Del Mastro, a former parliamentary secretary to Prime Minister Stephen Harper, was convicted of exceeding spending limits during the 2008 election, as well as failing to report a personal contribution of $21,000 to his own campaign and knowingly submitting a falsified document.
"I hope someday to be back in this place, but if I don't, always keep in mind it's a simple chair, but it represents the hopes and dreams and futures of thousands you represent and millions across the country," Del Mastro told the Commons, his voice quavering as he glanced back at his seat.
"Never take it for granted."
Del Mastro had many friends within his former Conservative caucus, many of whom were among the colleagues who applauded his speech when he was finished, along with several opposition members.
He made it clear he was stepping down in order to prevent embarrassment and division within the Conservative ranks. On Tuesday, MPs debated for three hours whether to suspend him without pay; the government and the NDP was prepared to do so, but the Liberals wanted him expelled immediately.
"To my colleagues in the Conservative party, I told a number of you I would never put you in a position where you'd have to vote on my future," he said.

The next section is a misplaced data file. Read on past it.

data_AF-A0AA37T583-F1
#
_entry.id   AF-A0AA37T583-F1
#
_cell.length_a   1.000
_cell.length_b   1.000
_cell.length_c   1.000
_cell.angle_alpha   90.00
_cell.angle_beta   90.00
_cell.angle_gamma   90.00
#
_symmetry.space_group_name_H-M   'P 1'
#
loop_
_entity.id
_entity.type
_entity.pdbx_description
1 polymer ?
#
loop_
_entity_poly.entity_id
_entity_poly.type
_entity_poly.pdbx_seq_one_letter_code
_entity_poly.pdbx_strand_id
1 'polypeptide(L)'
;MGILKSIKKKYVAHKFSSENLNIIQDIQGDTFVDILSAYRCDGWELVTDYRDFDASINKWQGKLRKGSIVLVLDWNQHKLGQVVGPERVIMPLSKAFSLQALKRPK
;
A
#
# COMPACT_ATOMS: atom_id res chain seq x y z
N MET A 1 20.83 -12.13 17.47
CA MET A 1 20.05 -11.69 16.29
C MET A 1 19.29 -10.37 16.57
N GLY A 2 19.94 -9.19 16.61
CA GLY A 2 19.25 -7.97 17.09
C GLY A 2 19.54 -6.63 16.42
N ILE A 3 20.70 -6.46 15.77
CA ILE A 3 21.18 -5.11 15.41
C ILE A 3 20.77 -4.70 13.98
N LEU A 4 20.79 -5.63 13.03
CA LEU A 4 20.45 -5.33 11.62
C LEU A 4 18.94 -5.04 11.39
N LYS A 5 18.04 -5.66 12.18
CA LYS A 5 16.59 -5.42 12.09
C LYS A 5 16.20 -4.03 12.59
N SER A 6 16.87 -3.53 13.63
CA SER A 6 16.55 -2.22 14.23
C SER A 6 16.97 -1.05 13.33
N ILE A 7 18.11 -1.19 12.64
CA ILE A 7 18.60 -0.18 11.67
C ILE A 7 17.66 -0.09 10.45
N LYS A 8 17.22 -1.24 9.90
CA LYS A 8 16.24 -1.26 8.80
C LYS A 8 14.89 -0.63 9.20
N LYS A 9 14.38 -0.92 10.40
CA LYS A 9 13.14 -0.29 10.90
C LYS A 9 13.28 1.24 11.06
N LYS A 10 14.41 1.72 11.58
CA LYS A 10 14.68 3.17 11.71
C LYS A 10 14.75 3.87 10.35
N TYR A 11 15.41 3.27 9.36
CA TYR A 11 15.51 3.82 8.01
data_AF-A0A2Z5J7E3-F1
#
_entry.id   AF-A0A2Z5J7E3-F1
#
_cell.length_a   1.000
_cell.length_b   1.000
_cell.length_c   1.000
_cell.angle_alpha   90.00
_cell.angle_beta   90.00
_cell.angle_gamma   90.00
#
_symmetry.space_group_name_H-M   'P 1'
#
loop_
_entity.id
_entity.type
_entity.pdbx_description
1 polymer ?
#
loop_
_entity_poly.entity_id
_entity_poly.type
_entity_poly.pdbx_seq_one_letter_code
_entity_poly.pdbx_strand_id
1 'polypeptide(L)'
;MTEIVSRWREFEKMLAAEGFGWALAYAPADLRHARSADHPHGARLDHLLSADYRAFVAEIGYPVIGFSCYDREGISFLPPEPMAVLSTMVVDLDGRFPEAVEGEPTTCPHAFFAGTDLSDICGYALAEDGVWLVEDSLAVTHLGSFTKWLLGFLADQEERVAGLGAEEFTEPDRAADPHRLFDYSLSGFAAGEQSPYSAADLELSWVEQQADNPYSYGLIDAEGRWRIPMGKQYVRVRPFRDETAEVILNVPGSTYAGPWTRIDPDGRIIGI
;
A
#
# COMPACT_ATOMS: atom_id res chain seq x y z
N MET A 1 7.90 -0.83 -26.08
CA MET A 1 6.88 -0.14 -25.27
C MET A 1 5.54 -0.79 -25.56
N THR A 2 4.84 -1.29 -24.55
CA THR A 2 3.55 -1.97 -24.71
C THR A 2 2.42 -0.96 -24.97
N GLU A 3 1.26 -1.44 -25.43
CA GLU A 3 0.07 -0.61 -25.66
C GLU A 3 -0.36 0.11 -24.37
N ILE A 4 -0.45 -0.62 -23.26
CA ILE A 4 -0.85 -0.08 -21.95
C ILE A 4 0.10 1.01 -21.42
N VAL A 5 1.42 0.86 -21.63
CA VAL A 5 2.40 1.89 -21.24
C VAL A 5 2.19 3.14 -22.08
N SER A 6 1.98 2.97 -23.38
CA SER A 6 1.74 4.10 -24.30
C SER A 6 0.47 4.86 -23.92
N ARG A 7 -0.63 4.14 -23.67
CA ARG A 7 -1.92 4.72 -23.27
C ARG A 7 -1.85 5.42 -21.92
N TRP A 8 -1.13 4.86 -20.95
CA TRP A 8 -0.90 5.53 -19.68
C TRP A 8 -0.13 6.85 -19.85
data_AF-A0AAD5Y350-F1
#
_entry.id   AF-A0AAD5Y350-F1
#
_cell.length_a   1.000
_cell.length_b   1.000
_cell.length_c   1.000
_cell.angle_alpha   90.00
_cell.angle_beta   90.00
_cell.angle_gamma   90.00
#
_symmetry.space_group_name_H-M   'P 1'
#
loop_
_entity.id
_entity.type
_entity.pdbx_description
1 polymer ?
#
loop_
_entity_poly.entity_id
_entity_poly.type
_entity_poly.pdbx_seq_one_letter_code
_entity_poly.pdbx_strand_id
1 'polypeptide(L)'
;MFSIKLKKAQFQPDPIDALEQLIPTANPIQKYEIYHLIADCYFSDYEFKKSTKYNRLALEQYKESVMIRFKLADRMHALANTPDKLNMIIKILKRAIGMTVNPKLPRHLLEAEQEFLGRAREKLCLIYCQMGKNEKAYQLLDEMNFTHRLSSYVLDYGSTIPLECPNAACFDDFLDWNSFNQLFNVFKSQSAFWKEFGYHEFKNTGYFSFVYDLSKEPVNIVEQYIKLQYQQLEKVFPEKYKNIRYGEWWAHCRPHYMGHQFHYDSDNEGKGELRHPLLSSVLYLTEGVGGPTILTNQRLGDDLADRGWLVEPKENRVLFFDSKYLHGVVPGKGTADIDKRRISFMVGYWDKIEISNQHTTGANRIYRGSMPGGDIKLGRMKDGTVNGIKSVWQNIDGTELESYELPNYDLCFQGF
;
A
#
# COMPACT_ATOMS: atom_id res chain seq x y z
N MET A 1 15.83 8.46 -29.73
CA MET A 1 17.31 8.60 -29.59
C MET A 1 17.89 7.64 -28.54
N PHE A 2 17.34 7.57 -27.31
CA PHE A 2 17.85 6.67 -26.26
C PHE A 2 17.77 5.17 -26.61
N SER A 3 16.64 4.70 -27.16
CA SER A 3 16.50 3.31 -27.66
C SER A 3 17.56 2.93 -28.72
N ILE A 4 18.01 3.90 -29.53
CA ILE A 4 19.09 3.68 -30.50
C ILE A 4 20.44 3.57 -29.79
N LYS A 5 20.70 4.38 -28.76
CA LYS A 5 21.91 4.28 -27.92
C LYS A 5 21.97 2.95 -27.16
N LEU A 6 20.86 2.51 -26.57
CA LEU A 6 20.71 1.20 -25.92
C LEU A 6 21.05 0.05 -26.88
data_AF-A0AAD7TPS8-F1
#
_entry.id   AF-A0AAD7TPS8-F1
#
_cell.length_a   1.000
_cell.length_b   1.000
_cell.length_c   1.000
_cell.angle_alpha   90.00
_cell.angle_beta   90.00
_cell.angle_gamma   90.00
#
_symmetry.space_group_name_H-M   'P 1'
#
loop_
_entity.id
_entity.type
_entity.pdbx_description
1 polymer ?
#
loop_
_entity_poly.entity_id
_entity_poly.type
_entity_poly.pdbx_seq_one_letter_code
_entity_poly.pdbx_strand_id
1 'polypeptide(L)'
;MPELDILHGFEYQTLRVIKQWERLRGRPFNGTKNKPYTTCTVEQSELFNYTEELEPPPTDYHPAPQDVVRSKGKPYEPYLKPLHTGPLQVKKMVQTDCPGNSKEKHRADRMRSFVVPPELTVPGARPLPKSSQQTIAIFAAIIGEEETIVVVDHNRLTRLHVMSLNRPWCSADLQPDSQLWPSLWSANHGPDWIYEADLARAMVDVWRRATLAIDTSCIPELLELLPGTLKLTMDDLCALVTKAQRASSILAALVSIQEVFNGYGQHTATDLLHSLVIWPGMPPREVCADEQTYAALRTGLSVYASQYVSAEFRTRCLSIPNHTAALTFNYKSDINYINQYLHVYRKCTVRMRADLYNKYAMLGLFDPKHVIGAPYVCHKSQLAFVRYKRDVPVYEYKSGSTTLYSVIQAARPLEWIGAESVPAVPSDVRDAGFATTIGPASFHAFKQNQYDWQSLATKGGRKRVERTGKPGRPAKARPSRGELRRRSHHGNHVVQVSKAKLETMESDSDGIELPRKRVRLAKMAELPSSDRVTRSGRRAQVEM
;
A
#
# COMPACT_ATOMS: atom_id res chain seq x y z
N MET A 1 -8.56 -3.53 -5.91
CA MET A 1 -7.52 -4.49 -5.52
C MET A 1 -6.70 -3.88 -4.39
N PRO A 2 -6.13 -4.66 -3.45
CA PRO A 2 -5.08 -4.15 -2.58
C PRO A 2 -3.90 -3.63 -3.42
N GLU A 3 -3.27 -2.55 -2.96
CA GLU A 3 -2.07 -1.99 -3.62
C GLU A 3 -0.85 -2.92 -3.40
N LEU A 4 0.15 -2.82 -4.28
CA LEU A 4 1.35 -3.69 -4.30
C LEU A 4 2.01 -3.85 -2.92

"Stay united. I will not divide you, I will not be the one that divides you. I believe too much in what you do and what we stand for."
The Prime Minister's Office responded with a short statement. "We wish Mr. Del Mastro and his family well," spokesman Stephen Lecce said in an email.
Del Mastro is the fifth Conservative parliamentarian to resign or face suspension since the 2011 election. Last year, three former Conservative senators were suspended over contested living and housing expenses, while former cabinet minister Peter Penashue resigned last year over improper campaign contributions.
Del Mastro was expelled from the Conservative caucus on the day he was charged in September 2013, and had been sitting as an Independent.
Del Mastro, whose wife gave birth to their first child — a girl — on Sunday, has said his lawyer has asked a judge to re-open his defence in order to introduce new evidence before sentencing, which is scheduled for Nov. 21.
During Wednesday's 15-minute speech, Del Mastro continued to maintain his innocence. In 2008, his supporters didn't vote for him based on automatic phone calls telling them to do so, he argued — a service that was at the heart of his trial.
"I was built with a design flaw: I wasn't built with a reverse gear, I only know how to go forward," he said.
Del Mastro's seat is one of three that are currently open in the House of Commons.